Submitted by Mike Krieger, Liberty Blitzkrieg.
A 1,176 page Pentagon war manual was recently released that hasn’t received the attention it deserves. The book of combat instructions, titled “Department of Defense Law of War Manual,” apparently covers rules of war for all branches of the U.S. military.
One passage in particular is generating controversy, where journalists seem to be thrown into a convoluted and opaque category, in which they could be seen as “unprivileged belligerents” as opposed to civilians. Naturally, this has sparked concern that journalists the U.S. government doesn’t like could be lumped into the “unprivileged belligerents” category and subsequently murdered at will. The Washington Times covered this story, here are a few excerpts:
The Pentagon’s new thick book of instructions for waging war the legal way says that terrorists also can be journalists.
The manual pushes aside the George W. Bush-era label of “unlawful enemy combatant” for al Qaeda and the like. The new term of choice: “unprivileged belligerent.”
An eye-catching section deals with a definition of journalists and how they are expected to stay out of the fight.
The manual defines them this way: “In general, journalists are civilians. However, journalists may be members of the armed forces, persons authorized to accompany the armed forces, or unprivileged belligerents.”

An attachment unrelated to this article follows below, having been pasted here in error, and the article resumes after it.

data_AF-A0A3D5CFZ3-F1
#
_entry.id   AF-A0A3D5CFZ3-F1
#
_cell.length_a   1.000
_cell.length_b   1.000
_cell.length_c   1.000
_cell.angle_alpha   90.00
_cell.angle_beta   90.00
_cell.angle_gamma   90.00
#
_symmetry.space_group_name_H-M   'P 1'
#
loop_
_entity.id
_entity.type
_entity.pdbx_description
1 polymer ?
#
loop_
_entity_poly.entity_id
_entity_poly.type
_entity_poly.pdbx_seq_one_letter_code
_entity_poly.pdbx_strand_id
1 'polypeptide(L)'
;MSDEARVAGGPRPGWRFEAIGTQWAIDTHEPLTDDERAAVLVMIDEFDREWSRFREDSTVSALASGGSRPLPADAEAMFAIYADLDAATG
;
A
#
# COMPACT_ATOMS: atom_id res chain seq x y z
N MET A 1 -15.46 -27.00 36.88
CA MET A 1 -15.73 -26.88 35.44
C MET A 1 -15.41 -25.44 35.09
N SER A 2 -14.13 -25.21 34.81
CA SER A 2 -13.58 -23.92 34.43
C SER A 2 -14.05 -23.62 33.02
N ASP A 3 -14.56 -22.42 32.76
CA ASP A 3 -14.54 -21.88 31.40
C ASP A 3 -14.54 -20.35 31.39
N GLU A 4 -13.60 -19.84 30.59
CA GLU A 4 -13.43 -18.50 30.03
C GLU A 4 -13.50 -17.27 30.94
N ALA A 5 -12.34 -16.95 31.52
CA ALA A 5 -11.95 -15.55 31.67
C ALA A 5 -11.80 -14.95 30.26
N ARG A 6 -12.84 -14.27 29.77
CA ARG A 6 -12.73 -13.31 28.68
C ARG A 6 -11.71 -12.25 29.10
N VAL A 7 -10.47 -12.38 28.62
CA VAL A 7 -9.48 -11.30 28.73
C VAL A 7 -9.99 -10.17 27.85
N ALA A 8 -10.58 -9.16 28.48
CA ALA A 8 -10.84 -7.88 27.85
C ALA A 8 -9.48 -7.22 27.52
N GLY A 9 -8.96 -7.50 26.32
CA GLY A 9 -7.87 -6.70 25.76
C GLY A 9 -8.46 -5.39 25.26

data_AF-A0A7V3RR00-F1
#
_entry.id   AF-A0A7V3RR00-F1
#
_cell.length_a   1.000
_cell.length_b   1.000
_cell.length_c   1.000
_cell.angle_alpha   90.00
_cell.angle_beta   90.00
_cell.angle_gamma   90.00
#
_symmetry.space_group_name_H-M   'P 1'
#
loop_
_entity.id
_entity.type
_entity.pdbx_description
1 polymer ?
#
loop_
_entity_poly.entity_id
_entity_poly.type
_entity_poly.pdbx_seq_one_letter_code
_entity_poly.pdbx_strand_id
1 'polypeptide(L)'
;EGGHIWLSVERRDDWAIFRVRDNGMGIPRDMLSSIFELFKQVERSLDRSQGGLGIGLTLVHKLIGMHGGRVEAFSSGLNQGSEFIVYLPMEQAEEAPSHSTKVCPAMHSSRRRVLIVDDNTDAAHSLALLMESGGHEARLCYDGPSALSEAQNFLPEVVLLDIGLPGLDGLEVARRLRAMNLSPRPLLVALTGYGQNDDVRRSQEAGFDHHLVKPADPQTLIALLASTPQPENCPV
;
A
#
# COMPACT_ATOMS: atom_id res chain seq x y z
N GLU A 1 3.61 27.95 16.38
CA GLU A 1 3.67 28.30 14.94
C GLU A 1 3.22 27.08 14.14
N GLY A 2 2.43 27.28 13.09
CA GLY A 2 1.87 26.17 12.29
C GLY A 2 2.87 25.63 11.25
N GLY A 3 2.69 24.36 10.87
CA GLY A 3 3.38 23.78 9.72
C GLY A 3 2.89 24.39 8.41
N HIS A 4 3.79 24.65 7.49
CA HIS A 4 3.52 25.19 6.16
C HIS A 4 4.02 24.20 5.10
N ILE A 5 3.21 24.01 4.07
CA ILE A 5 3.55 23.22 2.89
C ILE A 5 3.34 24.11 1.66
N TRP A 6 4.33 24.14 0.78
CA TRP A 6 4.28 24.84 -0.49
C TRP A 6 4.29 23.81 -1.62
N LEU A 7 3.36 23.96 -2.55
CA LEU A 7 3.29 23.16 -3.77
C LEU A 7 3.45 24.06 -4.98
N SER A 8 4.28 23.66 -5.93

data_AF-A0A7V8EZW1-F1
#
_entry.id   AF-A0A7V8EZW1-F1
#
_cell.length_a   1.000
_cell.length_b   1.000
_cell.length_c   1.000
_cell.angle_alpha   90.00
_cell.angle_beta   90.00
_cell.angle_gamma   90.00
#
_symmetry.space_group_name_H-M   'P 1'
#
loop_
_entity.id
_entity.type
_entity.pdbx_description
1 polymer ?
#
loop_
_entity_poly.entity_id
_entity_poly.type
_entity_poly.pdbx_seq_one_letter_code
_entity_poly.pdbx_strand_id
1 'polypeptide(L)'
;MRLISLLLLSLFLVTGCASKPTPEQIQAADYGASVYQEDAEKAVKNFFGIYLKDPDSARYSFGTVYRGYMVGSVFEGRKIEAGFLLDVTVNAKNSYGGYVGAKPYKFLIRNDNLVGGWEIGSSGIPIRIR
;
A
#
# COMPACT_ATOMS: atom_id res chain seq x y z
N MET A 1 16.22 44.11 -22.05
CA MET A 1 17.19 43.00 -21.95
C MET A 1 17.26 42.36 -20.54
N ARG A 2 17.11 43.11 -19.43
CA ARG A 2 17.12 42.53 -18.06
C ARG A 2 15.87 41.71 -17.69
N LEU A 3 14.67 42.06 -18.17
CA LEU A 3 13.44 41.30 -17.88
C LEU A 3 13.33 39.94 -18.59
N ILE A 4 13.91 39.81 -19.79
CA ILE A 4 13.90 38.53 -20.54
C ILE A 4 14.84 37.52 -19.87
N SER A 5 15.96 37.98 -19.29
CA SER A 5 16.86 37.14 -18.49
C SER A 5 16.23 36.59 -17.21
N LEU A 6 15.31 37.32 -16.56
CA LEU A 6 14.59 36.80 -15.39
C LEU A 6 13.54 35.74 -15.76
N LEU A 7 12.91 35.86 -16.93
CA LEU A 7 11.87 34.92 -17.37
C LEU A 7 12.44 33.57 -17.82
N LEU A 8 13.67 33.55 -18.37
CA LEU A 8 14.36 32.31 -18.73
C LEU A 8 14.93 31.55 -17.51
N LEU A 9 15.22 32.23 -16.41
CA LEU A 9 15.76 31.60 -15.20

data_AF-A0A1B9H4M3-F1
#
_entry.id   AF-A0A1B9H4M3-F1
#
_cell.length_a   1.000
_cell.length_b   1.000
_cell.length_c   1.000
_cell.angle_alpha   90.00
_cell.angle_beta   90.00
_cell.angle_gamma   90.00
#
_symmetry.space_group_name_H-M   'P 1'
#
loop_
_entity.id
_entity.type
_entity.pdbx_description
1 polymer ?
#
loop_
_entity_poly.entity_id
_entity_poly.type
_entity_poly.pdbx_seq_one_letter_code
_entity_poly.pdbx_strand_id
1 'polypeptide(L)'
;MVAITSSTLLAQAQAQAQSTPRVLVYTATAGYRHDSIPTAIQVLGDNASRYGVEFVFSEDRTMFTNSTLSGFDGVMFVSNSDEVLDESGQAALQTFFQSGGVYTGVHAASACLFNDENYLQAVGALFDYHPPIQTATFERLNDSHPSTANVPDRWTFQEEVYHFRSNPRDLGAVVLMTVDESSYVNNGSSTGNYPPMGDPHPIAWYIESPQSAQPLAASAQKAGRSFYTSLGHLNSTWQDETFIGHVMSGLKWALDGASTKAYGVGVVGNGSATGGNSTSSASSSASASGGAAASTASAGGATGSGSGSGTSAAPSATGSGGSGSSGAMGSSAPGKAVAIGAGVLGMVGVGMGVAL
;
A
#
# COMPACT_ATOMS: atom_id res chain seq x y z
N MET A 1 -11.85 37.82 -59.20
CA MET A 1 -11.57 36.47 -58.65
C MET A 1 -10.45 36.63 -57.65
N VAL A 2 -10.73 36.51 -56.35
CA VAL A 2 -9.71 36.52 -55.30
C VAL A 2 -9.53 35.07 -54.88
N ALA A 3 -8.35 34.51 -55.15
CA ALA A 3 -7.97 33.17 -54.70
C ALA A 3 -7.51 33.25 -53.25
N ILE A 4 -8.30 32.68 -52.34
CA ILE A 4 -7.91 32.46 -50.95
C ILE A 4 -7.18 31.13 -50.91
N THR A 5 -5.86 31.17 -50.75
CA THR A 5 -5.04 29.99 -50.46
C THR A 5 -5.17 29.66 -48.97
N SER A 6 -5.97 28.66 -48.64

Lumping terrorist writers with bona fide scribes prompted one officer to call the paragraph “odd.” A civilian lawyer who opines on war crime cases called the wording “an odd and provocative thing for them to write.”
For another perspective, let’s turn to Georgetown University journalism professor, Chris Chambers, who was recently interviewed by RT. The Free Thought Project reports that:
In an interview with RT, Georgetown Journalism professor Chris Chambers explained why using these terms seemingly provide legal cover, explaining that the reason is “because the Geneva Convention, other tenets of international law, and even United States law – federal courts have spoken on this – doesn’t have this thing on ‘unprivileged belligerents’.”
This will result in journalists embedded with military units, who are already forced to abide by strict protocols censoring what they can show or report on, following the preferred military narrative even closer.
“It gives them license to attack or even murder journalists that they don’t particularly like but aren’t on the other side,” Chambers said.
The Pentagon failed to detail the specific circumstances under which a journalist would be declared an unprivileged belligerent, but Chambers says he is sure “their legal department is going over it, as is the National Press Club and the Society of Professional Journalists.”
One cannot mistake the government’s intent to tighten the control of the flow of information from the battlefield to the public at large, which raises some very troubling questions.
Now here’s the interview:
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